Sunday, January 29, 2012

December 22, 2011 -- Inspiration Feeds the Creative Soul

I recently returned from a trip to Los Angeles where I had a chance for the first time to visit The Getty Center and the Norton Simon Museum (in nearby Pasadena). Actually, it was quite an art-intensive trip, with additional stops at the Santa Barbara Museum of Art and time spent visiting some interesting contemporary galleries in the Bergamot Station area of Santa Monica.

Many art aficionados have made the pilgrimage up the hill with sweeping views of L.A. to the Getty Center, designed with modernist precision by architect Richard Meier. The museum and art research and conservation center opened in 1998 to house the vast art collection of oil billionaire J. Paul Getty. (Another Getty museum in Malibu concentrates on treasures from ancient Greece and Rome.) It was a gorgeous day, sunny and crisp, and as tempting as the art was, we found the setting—with its dazzling architecture, landscaped plazas, and shallow fountains, and carefully designed gardens—as much a draw as the art.
Scene from the Getty Center campus
As much as I enjoyed the permanent collection, of which we saw only a fraction, the highlight of the afternoon, at least for me, was the temporary exhibition, Pacific Standard Time, highlighting modern art in L.A. between 1945-1980. (The PST installation at the Getty was just one of several contemporaneous shows covering this period at museums across Southern California.) Happily, there was a strong emphasis on materials-based work throughout the show, and I was fascinated to see how artists coming out of CalArts and other California conservatories, inspired by new technologies and post-WW2 materials (like silicone, plastics, space-age ceramics, and slick paints), advertising images, the car culture, and a feeling for unlimited space, made groundbreaking large-scale work that bore little resemblance to what was going on in NYC during the same period. So cool.
Poster for Crosscurrents, the PST installation at The Getty Center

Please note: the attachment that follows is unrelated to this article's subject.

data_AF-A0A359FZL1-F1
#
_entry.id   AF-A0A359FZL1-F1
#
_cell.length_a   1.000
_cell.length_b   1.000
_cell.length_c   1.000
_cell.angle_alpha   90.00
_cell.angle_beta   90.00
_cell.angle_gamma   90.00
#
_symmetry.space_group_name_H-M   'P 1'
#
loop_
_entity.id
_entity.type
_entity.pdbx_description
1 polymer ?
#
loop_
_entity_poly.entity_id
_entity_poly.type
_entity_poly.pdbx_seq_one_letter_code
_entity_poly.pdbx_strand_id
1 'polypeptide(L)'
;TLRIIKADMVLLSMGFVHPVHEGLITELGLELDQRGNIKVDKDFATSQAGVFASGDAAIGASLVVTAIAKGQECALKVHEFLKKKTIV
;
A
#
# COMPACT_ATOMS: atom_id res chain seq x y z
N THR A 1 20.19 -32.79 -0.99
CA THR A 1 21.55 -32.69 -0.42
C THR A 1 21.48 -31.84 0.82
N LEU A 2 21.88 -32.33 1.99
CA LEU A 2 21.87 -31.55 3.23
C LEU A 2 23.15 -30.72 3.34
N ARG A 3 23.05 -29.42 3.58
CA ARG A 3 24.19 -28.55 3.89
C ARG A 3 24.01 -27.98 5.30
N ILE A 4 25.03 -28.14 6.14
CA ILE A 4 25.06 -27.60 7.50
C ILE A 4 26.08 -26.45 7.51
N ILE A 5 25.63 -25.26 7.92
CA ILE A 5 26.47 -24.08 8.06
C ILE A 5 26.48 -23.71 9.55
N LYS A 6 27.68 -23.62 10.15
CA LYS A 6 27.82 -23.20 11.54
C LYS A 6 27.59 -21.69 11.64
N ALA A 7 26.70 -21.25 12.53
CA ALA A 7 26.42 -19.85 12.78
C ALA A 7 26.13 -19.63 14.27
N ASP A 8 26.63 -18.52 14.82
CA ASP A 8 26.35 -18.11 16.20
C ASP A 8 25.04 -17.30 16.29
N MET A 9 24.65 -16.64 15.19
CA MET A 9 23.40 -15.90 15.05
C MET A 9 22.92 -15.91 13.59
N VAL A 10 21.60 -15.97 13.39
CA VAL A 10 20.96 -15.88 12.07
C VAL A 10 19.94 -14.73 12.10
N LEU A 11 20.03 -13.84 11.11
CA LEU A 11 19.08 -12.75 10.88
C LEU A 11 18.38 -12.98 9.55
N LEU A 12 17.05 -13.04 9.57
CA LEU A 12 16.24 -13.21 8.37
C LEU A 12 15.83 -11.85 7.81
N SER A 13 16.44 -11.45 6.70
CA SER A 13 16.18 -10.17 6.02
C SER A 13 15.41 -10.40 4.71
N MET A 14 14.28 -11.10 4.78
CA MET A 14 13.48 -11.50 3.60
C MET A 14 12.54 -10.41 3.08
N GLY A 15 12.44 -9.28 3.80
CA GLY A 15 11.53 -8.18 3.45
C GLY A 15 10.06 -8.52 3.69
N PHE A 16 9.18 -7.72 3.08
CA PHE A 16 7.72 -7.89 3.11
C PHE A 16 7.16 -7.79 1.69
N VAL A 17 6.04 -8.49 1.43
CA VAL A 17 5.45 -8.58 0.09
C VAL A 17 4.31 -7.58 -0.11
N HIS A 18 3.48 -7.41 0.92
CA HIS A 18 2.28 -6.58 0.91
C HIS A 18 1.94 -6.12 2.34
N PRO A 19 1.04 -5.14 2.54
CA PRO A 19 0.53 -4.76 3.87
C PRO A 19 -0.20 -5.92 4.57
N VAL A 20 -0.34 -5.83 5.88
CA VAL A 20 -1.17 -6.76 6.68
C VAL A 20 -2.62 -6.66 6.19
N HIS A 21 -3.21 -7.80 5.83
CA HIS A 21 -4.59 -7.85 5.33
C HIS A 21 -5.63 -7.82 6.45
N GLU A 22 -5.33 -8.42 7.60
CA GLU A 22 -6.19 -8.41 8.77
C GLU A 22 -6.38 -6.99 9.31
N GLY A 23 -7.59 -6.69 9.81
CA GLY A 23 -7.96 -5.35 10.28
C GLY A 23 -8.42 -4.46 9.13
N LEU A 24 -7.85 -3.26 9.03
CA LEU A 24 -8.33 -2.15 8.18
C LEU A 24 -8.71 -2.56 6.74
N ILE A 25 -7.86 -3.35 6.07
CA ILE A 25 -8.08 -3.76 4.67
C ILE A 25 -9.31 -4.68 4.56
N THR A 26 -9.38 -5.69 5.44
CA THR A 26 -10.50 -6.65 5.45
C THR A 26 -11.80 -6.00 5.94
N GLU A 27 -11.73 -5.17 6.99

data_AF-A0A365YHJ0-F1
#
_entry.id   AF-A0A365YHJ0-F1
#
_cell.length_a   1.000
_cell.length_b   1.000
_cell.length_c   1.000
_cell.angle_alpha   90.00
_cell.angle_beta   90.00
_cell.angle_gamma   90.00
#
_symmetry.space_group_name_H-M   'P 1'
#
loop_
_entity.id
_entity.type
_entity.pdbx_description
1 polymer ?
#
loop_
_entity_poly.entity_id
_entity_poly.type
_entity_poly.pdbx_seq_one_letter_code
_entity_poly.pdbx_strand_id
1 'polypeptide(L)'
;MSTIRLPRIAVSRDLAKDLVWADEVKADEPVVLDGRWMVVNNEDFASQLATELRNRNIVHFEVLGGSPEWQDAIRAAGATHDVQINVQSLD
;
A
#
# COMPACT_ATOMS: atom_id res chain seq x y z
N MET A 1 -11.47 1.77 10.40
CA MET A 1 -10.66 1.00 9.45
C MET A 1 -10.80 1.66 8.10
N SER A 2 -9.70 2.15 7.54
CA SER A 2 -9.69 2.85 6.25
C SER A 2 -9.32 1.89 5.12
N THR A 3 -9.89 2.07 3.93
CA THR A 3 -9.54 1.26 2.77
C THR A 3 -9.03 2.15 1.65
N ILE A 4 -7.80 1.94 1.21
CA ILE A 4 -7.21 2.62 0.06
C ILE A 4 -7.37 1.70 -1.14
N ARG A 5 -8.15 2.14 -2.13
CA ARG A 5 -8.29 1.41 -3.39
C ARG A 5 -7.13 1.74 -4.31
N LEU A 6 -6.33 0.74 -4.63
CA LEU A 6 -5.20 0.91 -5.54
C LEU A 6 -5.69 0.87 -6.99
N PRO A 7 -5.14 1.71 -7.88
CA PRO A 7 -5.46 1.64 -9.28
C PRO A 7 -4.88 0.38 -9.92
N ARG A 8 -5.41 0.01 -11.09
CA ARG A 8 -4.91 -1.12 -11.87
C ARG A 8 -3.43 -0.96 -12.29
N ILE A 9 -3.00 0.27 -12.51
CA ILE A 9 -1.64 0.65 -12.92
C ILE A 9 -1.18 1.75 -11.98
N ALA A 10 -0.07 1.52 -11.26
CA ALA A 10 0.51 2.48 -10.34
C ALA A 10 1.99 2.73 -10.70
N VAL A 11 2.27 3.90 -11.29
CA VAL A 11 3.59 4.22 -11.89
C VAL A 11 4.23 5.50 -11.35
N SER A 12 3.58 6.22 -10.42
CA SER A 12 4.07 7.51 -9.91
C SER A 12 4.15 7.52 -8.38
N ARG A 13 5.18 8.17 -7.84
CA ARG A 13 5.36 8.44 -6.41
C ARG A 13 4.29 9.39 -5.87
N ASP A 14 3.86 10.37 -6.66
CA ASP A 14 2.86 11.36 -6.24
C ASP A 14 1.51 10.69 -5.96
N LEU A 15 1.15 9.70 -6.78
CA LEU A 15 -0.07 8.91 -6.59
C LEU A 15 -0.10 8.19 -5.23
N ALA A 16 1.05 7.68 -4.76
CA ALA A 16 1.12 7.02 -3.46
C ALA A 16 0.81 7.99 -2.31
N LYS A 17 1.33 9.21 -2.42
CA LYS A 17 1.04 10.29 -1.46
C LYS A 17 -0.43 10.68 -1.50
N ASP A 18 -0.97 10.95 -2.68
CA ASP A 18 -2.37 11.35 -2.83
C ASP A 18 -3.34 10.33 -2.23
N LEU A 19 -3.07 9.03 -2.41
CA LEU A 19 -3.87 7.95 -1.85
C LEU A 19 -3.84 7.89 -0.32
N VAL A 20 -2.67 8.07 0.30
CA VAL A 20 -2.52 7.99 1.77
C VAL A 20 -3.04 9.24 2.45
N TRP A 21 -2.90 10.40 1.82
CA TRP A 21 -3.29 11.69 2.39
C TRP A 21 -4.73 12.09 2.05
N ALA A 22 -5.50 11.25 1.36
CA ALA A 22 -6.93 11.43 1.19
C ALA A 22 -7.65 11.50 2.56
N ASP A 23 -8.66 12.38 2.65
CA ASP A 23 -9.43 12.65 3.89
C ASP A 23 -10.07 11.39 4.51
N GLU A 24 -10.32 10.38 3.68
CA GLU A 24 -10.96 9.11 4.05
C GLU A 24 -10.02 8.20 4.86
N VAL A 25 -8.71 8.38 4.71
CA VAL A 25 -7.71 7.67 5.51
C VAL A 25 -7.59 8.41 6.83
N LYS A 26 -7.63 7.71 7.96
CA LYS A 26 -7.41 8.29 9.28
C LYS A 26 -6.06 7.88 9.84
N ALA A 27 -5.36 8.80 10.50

Two days later, we drove to Pasadena to spend a day at the Norton Simon Museum. This collection, too, reflected the taste of a single individual: California industrialist Norton Simon, who came to appreciate and collect art only when he reached middle age. But by then he had the fortune to support his appetite, and his appetite was legendary. He specialized in European (14th to 18th centuries) and American art (19th and 20th centuries), and his vast wealth enabled him to acquire only the best in every category. In 1964 he bought the historic Duveen Brothers Gallery in NYC—lock, stock, and barrel—to get his hands on its storied holdings. At the end of Simon’s life (he died in 1993), he expanded his focus to include South and Southeast Asian art, and these pieces became an important feature of the collection. An exquisite sculpture garden with works by Rodin, Henry Moore, Maillol, Picasso, and others rounds out the visitor experience.
Approaching the entrance to the Norton Simon Museum, past a casting
of Rodin's The Burghers of Calais
I have to say that spending the day making my way through this lovely museum, with its spacious, well-lit galleries, accompanied by an excellent audio guide, has been one of the great pleasures of my art-loving life. I cannot wait to return and spend time in the Asian galleries. The paintings are simply superb: early European masters like Memling and Bellini; 17th-18th century greats like Rembrandt (there are three!), Zurburan (including a magnificent still life with strong religious overtones), Tiepolo, Rubens; the most significant collection of Impressionist and post-Impressionist work on the West Coast, including a vast array of work by Degas; and an impressive showing of 20th century Modernism, including masterpieces by Picasso, Giacometti, Calder, Jawlensky, Kandinsky, Brancusi and others. 

The painting that made my heart stop filled the final gallery on the main floor, a gigantic Sam Francis multi-panel abstract installation known as the Basel Murals. The scale, luminous color, and energy of these paintings is beyond my power to describe. It seemed to me something that could only have been painted by a Californian. For a taste of what I saw, click here:

In a state of euphoria after spending time with the Francis, I literally floated into the museum store just before closing, where I happened upon a Dutch book on Japanese patterns. My creative juices were flowing, so it was easy to be swept away by this delightful book, filled with Japanese-inflected imagery suggested by the natural world. Suddenly I could envision a multi-panel mosaic featuring an assortment of these patterns across a multi-panel format in the style of a Japanese folding screen. My next mosaic project took shape in my mind’s eye.

Have you ever entered an unfamiliar art museum, encountered something extraordinary there, and emerged transformed, with a deeper understanding of something essential? Please share your experience.  

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